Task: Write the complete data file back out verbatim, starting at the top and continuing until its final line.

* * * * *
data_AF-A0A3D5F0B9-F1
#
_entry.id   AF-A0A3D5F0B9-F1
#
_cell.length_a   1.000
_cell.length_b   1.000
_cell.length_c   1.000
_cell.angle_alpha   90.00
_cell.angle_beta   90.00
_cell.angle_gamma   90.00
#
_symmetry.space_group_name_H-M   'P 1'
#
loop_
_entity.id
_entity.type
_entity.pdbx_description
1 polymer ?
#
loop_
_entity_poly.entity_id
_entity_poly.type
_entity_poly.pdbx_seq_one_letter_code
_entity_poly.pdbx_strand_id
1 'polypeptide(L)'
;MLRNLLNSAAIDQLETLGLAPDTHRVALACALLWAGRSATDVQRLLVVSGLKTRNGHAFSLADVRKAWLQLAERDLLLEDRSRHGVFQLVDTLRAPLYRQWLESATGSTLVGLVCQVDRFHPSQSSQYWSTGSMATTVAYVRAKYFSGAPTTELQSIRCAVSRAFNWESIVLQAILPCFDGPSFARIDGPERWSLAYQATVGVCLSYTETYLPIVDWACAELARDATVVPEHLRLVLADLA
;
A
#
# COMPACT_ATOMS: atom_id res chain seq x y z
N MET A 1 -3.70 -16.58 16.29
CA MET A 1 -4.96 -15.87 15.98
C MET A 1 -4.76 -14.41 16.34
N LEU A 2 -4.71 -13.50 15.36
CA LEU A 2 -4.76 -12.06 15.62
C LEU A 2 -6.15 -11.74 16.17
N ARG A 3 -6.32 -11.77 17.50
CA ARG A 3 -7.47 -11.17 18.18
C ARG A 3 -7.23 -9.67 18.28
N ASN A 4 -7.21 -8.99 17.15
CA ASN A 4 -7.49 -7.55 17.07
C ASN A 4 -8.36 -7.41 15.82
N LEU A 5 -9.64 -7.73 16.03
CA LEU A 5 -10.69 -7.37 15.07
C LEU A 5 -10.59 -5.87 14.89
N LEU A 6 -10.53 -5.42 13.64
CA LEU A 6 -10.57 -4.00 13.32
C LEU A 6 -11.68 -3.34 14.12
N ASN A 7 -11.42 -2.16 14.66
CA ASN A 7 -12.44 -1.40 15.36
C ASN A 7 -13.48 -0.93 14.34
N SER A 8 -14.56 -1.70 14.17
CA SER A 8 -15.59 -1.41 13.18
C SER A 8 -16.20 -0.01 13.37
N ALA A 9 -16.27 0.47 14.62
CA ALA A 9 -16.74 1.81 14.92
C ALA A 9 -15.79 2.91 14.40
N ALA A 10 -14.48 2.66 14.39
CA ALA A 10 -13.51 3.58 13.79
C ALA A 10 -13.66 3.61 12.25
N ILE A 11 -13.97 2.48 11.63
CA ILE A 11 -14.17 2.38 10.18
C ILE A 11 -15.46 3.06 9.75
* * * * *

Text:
data_AF-A0A3D5F0B9-F1
#
_entry.id   AF-A0A3D5F0B9-F1
#
_cell.length_a   1.000
_cell.length_b   1.000
_cell.length_c   1.000
_cell.angle_alpha   90.00
_cell.angle_beta   90.00
_cell.angle_gamma   90.00
#
_symmetry.space_group_name_H-M   'P 1'
#
loop_
_entity.id
_entity.type
_entity.pdbx_description
1 polymer ?
#
loop_
_entity_poly.entity_id
_entity_poly.type
_entity_poly.pdbx_seq_one_letter_code
_entity_poly.pdbx_strand_id
1 'polypeptide(L)'
;MLRNLLNSAAIDQLETLGLAPDTHRVALACALLWAGRSATDVQRLLVVSGLKTRNGHAFSLADVRKAWLQLAERDLLLEDRSRHGVFQLVDTLRAPLYRQWLESATGSTLVGLVCQVDRFHPSQSSQYWSTGSMATTVAYVRAKYFSGAPTTELQSIRCAVSRAFNWESIVLQAILPCFDGPSFARIDGPERWSLAYQATVGVCLSYTETYLPIVDWACAELARDATVVPEHLRLVLADLA
;
A
#
# COMPACT_ATOMS: atom_id res chain seq x y z
N MET A 1 -3.70 -16.58 16.29
CA MET A 1 -4.96 -15.87 15.98
C MET A 1 -4.76 -14.41 16.34
N LEU A 2 -4.71 -13.50 15.36
CA LEU A 2 -4.76 -12.06 15.62
C LEU A 2 -6.15 -11.74 16.17
N ARG A 3 -6.32 -11.77 17.50
CA ARG A 3 -7.47 -11.17 18.18
C ARG A 3 -7.23 -9.67 18.28
N ASN A 4 -7.21 -8.99 17.15
CA ASN A 4 -7.49 -7.55 17.07
C ASN A 4 -8.36 -7.41 15.82
N LEU A 5 -9.64 -7.73 16.03
CA LEU A 5 -10.69 -7.37 15.07
C LEU A 5 -10.59 -5.87 14.89
N LEU A 6 -10.53 -5.42 13.64
CA LEU A 6 -10.57 -4.00 13.32
C LEU A 6 -11.68 -3.34 14.12
N ASN A 7 -11.42 -2.16 14.66
CA ASN A 7 -12.44 -1.40 15.36
C ASN A 7 -13.48 -0.93 14.34
N SER A 8 -14.56 -1.70 14.17
CA SER A 8 -15.59 -1.41 13.18
C SER A 8 -16.20 -0.01 13.37
N ALA A 9 -16.27 0.47 14.62
CA ALA A 9 -16.74 1.81 14.92
C ALA A 9 -15.79 2.91 14.40
N ALA A 10 -14.48 2.66 14.39
CA ALA A 10 -13.51 3.58 13.79
C ALA A 10 -13.66 3.61 12.25
N ILE A 11 -13.97 2.48 11.63
CA ILE A 11 -14.17 2.38 10.18
C ILE A 11 -15.46 3.06 9.75